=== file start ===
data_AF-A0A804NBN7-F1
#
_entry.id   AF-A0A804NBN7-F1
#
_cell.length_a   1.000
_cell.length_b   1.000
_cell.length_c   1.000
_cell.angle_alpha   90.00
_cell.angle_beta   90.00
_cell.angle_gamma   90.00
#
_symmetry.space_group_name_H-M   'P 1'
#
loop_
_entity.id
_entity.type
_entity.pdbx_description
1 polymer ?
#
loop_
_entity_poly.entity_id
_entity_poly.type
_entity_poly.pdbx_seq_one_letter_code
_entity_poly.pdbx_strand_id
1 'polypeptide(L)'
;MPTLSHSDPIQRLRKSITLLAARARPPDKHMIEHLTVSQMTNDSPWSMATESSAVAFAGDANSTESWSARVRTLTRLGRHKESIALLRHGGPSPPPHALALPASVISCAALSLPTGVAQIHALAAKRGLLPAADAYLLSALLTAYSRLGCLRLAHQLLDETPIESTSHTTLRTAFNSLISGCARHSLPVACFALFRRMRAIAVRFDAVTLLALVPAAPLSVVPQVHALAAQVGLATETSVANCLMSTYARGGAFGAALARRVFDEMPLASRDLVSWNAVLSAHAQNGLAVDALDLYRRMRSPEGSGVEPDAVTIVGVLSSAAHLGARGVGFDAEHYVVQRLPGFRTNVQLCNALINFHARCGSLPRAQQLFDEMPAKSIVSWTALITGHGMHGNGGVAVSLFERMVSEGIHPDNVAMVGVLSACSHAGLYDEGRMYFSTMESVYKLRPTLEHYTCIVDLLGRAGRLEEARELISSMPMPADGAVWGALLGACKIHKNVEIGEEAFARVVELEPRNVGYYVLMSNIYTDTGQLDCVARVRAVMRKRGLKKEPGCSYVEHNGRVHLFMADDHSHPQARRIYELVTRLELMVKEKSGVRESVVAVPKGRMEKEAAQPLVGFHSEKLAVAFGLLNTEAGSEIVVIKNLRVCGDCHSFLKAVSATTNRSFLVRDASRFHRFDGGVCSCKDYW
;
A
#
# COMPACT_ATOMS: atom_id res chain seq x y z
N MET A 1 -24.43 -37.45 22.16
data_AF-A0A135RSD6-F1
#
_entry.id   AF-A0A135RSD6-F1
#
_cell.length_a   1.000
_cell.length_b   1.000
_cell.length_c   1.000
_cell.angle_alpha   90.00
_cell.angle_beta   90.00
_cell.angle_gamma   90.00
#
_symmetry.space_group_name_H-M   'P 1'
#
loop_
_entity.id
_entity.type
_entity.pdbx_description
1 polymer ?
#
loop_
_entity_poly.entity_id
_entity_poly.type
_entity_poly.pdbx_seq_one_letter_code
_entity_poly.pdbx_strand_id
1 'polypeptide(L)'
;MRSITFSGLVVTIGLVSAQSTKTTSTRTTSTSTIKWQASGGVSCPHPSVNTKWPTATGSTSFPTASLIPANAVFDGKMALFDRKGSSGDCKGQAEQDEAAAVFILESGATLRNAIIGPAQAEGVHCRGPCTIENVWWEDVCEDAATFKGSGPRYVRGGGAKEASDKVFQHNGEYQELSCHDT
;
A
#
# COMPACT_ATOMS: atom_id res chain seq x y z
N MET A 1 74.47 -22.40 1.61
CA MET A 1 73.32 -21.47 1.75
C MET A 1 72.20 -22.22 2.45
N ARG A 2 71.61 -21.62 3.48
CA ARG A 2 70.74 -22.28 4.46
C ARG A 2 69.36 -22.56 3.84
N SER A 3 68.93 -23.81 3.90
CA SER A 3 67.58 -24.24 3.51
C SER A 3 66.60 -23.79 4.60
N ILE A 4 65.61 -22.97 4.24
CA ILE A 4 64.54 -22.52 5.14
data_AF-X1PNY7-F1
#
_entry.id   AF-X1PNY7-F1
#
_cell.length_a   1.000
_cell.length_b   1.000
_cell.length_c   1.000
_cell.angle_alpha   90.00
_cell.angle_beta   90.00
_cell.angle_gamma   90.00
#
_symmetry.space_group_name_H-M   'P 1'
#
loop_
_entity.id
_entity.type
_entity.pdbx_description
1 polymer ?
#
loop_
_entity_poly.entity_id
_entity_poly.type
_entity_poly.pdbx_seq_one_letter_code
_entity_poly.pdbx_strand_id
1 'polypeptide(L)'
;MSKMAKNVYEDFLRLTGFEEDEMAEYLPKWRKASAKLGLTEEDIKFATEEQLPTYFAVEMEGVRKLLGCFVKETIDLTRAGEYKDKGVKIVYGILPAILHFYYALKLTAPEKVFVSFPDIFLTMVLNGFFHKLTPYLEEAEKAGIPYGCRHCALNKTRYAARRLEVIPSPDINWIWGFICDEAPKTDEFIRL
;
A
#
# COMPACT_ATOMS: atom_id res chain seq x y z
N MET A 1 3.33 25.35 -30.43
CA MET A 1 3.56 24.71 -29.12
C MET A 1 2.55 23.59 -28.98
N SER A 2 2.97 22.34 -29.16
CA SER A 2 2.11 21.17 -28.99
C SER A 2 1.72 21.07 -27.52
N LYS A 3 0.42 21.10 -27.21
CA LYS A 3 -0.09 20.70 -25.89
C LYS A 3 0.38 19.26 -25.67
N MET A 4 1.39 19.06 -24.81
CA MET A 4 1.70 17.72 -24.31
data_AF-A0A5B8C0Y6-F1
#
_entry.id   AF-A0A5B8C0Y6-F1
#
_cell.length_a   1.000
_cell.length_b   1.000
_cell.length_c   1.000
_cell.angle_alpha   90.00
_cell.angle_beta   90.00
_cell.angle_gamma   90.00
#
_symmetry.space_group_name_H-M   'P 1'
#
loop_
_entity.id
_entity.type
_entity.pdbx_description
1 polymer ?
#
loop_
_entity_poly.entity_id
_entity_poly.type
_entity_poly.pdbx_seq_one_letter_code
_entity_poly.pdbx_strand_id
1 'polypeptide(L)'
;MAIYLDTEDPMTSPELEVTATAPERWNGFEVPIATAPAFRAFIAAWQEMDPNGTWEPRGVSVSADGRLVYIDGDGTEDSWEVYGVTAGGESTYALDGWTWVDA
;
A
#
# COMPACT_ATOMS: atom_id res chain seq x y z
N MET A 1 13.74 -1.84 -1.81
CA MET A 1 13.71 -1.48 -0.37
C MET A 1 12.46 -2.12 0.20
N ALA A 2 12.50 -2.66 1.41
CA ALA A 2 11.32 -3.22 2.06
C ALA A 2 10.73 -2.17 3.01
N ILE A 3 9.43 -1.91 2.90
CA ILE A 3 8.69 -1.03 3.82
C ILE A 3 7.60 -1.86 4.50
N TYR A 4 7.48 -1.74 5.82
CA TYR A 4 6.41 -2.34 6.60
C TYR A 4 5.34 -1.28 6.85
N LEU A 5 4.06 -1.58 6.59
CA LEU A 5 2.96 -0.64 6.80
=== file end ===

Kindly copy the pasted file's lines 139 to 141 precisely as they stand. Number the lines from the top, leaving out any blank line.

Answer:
;MAIYLDTEDPMTSPELEVTATAPERWNGFEVPIATAPAFRAFIAAWQEMDPNGTWEPRGVSVSADGRLVYIDGDGTEDSWEVYGVTAGGESTYALDGWTWVDA
;
A